Moving forward

Posted on November 6, 2010


Nothing  compares to the power of print media.  It’s timely, it adds value in the moments we live and when we need a part of history we can grasp it.

When tragedy strikes the entire nation, online news doesn’t compare to the newspaper you hold in your hands.

U.S. News & World Report, the American monthly news magazine published since the 1930s, decided yesterday to become an online only subscription for subscribers.  The last issue will be out in December and the remaining print subscriptions will be replaced by other publishers.

It also compiles America’s Best Colleges and America’s Best Hospitals.  But of course, those will remain available in print.  Among being great providers of news on wars, politics, economics, and other issues, it seems that some contents (school and hospital ranking) are more likely to be read.  On average, are we getting our daily intake of news? Apparently not.  Are you getting your Daily Variety intake? Probably not as much either.

Leo Wolinsky, the editor of Daily Variety magazine and a 30-year  veteran of LA Times, was fired after less than a year on the job.  Due to online blog competitors like and, the Variety has not been able to break Hollywood news as fast.  Wolinsky brought credibility to the table and he’s a veteran, but still he was let go.  The ability to breakthrough online is now a job requirement.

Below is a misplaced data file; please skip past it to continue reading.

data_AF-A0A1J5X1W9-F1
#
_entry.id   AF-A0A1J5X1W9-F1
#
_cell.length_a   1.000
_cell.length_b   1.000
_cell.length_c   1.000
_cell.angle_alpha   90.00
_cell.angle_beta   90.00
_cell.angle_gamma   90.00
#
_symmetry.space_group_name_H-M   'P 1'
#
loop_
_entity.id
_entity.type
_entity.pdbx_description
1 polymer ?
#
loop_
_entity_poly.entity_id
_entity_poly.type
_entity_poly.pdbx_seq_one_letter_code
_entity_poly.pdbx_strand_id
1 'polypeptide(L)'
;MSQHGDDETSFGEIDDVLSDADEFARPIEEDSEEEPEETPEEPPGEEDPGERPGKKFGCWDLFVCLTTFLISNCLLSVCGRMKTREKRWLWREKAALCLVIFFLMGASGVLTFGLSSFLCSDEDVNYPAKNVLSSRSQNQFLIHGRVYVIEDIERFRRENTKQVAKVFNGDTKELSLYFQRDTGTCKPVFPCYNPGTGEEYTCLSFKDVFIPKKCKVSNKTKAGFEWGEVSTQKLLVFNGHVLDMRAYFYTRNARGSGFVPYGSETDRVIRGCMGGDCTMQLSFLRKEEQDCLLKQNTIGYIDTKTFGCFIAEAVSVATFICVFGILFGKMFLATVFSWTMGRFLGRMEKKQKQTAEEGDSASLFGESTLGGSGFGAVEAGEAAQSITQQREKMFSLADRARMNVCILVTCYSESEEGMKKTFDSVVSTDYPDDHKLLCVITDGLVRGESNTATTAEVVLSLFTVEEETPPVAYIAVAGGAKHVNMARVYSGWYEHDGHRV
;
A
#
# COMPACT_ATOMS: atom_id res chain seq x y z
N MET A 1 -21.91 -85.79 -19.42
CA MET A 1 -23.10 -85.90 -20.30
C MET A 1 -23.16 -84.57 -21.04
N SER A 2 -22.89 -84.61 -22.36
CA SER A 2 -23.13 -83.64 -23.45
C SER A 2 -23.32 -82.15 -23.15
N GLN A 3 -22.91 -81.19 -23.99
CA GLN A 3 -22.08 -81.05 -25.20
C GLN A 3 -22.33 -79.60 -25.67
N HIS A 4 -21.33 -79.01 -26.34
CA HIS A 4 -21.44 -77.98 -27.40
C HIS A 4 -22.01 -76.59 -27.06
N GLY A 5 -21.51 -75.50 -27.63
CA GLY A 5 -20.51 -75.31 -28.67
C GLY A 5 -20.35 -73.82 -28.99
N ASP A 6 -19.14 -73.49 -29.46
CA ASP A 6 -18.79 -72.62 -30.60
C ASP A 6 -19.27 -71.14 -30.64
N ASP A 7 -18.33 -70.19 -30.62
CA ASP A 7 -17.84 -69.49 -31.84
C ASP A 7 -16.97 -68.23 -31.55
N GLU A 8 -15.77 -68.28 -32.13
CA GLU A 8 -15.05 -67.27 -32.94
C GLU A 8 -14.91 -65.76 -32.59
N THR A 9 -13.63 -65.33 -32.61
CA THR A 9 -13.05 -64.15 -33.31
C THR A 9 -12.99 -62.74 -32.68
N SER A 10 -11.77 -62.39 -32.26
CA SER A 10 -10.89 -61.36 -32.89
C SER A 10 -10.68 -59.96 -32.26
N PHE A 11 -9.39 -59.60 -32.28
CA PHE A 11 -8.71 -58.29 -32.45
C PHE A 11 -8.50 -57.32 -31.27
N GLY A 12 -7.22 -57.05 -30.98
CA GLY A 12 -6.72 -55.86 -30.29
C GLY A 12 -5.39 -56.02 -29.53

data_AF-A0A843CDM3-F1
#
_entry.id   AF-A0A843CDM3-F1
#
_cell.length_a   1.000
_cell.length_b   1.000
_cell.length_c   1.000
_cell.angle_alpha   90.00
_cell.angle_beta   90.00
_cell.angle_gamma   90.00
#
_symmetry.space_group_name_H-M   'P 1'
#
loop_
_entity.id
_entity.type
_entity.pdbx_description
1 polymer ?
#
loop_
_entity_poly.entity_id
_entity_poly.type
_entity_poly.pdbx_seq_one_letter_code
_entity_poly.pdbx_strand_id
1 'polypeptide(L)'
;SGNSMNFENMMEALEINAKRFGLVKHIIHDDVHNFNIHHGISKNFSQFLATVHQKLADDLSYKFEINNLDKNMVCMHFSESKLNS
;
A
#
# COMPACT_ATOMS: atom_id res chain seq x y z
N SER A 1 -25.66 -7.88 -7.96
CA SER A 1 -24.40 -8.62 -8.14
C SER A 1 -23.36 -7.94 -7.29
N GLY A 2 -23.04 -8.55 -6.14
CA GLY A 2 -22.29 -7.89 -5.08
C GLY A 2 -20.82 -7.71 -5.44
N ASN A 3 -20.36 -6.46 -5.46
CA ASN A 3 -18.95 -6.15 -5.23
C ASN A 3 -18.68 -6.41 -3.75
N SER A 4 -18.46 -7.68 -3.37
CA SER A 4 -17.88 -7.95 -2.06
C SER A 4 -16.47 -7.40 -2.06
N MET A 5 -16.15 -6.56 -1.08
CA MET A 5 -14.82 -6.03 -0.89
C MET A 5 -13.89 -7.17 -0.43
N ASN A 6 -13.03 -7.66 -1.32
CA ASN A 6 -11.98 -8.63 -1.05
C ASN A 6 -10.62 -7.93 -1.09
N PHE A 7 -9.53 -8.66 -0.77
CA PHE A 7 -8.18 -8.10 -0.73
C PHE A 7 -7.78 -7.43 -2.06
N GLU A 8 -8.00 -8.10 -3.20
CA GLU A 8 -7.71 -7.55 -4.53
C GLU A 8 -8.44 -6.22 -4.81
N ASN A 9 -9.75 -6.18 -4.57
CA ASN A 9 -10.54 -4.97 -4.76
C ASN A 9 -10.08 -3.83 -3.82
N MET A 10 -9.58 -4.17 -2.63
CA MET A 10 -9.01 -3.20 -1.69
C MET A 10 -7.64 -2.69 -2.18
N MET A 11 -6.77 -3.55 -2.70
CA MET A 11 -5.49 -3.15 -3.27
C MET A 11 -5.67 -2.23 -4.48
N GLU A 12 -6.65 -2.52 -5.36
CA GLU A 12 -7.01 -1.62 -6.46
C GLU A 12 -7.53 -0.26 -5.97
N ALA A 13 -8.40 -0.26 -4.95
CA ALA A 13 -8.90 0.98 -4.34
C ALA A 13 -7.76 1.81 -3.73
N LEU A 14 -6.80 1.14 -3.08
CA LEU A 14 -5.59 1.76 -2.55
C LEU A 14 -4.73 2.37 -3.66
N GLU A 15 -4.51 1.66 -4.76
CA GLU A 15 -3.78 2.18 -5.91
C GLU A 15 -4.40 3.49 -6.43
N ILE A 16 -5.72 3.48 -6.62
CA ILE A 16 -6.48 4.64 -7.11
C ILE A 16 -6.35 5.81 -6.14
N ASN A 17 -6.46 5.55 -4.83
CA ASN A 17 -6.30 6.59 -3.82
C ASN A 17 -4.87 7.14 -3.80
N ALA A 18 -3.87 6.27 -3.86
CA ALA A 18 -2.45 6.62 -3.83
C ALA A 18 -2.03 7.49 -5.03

Condé Nast publications, which include Allure, Vogue, GQ, Lucky and more, is also changing its reputation to online because of declining ad revenue in their print editions.  They hired Joe Simon from Viacom this year and created the position chief technology officer to boost their digital operations.

Niche magazines are a great route for publishers to take, but it’s targeting people to get a better profit margin rather than caring about what what we can gain from it.  How can we stay connected to politics and school or work without getting the reports compiled together by journalists or other news sources.  We practically decide what they will print.  More entertainment is put in place of newsworthy stories to get readers, because that’s how business works.  Now business is online.

Print eventually would not be the route, even if some magazines show the latest red carpet style.  Unless you’re at a doctor’s office waiting, chance of picking one up is slim to none.